June 2015
Volume 56, Issue 7
Free
ARVO Annual Meeting Abstract  |   June 2015
Hydroxyapatite in Sub-RPE Deposits of Ageing Japanese and Rhesus Macaques
Author Affiliations & Notes
  • Richard Thompson
    Dept of Biochemistry and Molecular Biolo, University of Maryland School of Medicine, Baltimore, MD
  • Hilary Baruch
    Dept of Biochemistry and Molecular Biolo, University of Maryland School of Medicine, Baltimore, MD
  • Jacob Tatum
    Dept of Biochemistry and Molecular Biolo, University of Maryland School of Medicine, Baltimore, MD
    School of Medicine, University of Virginia, Charlottesville, VA
  • Trevor J McGill
    National Primate Center, Portland, OR
  • Martha Neuringer
    National Primate Center, Portland, OR
  • Imre Lengyel
    Institute of Ophthalmology, University College London, London, United Kingdom
  • Footnotes
    Commercial Relationships Richard Thompson, None; Hilary Baruch, None; Jacob Tatum, None; Trevor McGill, None; Martha Neuringer, None; Imre Lengyel, None
  • Footnotes
    Support None
Investigative Ophthalmology & Visual Science June 2015, Vol.56, 2353. doi:
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      Richard Thompson, Hilary Baruch, Jacob Tatum, Trevor J McGill, Martha Neuringer, Imre Lengyel; Hydroxyapatite in Sub-RPE Deposits of Ageing Japanese and Rhesus Macaques. Invest. Ophthalmol. Vis. Sci. 2015;56(7 ):2353.

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      © ARVO (1962-2015); The Authors (2016-present)

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Abstract

Purpose: Sub-RPE deposits such as drusen are widely accepted as precursors to age-related macular degeneration (AMD), although the mechanism(s) of their development and exact relationship to AMD remain to be elucidated. We recently discovered that sub-RPE deposits in aging human retina contain microscopic (0.3 - 20 µm) spherules of hydroxyapatite (HAP), the mineral form of calcium phosphate found in bone and teeth; and that these spherules are coated with proteins enriched in drusen such as complement factor H, amyloid beta, and vitronectin. Aging Rhesus and Japanese macaques also develop drusen similar to those in humans. Here, we examined whether drusen in the aging macaques also contain HAP deposits, and compared these to the HAP spherules found in humans. <br />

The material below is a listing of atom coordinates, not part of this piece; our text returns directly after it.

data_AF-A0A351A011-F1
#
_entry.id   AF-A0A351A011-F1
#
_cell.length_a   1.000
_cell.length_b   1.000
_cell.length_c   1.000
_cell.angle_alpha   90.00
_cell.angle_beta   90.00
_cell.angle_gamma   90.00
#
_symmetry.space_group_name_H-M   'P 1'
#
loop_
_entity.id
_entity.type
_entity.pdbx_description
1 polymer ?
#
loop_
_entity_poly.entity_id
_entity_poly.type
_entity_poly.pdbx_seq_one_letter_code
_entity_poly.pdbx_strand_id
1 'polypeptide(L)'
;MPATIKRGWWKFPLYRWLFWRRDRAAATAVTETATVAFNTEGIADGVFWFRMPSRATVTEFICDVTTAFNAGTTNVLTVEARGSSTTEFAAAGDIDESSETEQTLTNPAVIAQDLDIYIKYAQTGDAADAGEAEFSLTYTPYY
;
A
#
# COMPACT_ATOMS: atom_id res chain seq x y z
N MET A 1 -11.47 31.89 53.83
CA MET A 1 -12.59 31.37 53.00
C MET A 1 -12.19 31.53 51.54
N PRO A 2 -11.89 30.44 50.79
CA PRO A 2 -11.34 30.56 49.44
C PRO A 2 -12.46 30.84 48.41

Methods: We used multiple HAP-specific fluorescent dyes to stain post-mortem fixed retinal slices and flatmounts from male and female Japanese and Rhesus macaques of ages ranging from 16 to 38 years in which drusen had been documented by fundus photography in vivo. They were imaged by confocal fluorescence and brightfield microscopy, which were compared to color fundus photographs collected in vivo.<br />

Results: Drusen in aged macaque retinas were confirmed by brightfield and autofluorescence microscopy. Multiple drusen from both sexes and species stained positive for HAP, but in comparison to humans the deposits were generally smaller and more amorphous in form, without distinguishable shell-like appearance. Older retinas generally had more drusen, all of which exhibited HAP-positive staining.<br />

Conclusions: We conclude that drusen in the two macaque species and humans contain HAP deposits that share important similarities as well as some differences. The smaller size and differing morphology of the macaque HAP deposits compared with the hollow spherules in humans suggest clear differences in how the these deposits are nucleated and their ability to grow.

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